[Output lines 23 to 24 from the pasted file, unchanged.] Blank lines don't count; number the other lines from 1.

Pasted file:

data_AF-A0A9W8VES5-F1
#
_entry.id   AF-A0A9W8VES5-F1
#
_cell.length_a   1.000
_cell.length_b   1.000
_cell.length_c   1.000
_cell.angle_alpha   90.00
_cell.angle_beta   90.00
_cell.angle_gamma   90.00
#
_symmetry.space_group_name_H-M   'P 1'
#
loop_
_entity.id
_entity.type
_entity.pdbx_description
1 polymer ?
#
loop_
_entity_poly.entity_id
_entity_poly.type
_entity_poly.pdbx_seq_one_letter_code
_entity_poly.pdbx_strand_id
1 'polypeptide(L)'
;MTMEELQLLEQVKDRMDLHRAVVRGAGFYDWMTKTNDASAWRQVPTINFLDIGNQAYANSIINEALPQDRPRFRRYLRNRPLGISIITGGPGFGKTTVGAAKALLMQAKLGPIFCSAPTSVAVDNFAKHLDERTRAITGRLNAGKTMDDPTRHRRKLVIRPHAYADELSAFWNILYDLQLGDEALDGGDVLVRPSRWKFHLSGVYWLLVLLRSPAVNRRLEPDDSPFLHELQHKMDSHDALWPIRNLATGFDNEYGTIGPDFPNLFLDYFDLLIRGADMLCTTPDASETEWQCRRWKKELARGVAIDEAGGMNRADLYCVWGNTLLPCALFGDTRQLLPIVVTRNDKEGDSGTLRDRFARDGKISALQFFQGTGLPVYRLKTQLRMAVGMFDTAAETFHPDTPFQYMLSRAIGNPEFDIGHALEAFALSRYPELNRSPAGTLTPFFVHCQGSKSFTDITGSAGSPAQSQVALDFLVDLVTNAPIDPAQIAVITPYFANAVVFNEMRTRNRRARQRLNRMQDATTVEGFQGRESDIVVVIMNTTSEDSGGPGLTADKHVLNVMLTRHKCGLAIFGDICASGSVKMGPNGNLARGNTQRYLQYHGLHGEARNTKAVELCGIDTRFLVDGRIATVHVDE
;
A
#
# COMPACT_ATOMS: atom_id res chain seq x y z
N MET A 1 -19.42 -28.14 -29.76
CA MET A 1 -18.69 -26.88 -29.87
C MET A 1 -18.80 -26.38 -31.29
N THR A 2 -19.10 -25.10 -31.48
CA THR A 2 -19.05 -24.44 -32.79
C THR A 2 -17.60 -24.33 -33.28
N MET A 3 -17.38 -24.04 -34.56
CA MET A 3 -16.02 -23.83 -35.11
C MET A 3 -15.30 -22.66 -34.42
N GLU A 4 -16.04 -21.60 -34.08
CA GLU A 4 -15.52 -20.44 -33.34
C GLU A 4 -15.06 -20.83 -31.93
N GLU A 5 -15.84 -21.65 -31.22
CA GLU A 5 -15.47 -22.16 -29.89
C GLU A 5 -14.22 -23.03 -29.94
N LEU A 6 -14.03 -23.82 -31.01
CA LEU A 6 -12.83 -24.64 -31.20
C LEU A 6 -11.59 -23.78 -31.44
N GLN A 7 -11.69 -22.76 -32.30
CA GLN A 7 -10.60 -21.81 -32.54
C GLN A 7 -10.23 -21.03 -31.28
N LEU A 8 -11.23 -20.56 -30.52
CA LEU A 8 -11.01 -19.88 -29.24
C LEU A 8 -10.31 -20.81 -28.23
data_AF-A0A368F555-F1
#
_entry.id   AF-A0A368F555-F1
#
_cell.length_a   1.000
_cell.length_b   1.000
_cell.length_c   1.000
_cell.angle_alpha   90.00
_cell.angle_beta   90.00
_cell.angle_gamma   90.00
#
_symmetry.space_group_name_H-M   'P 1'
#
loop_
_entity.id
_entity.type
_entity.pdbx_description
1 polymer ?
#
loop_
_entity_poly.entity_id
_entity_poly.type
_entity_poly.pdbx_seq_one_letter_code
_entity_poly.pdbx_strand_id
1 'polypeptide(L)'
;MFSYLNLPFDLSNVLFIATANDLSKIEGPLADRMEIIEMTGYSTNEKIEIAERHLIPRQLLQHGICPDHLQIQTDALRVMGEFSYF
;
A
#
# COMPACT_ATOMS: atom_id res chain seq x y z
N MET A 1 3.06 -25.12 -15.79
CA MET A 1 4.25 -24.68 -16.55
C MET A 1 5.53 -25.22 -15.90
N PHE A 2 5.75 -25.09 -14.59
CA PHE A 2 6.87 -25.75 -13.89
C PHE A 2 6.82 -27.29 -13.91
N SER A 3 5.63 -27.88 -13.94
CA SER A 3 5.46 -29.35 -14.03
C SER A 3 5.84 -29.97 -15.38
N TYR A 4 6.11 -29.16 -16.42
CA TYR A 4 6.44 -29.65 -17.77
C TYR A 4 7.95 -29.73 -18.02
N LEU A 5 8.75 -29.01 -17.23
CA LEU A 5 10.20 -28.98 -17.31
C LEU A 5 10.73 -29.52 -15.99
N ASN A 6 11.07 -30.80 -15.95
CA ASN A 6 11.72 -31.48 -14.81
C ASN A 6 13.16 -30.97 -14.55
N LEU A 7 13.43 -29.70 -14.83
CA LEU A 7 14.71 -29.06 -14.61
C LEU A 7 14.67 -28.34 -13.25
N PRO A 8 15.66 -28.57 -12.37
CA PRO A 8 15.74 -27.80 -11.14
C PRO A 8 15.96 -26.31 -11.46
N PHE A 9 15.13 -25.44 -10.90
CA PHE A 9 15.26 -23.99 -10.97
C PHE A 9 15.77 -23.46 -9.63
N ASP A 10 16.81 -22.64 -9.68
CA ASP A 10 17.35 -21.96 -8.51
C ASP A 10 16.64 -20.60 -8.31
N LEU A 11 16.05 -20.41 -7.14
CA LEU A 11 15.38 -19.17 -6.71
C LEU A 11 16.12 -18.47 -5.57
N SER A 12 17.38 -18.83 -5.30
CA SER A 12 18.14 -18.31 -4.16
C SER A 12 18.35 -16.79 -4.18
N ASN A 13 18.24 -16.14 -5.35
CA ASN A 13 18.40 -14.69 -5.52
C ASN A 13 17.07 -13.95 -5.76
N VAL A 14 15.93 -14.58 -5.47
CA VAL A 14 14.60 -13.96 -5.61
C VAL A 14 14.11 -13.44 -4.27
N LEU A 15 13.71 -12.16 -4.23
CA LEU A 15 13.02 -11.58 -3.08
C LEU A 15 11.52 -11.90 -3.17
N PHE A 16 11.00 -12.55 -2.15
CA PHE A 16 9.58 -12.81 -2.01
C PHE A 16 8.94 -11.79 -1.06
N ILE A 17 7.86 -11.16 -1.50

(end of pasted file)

_entity_poly.pdbx_seq_one_letter_code
_entity_poly.pdbx_strand_id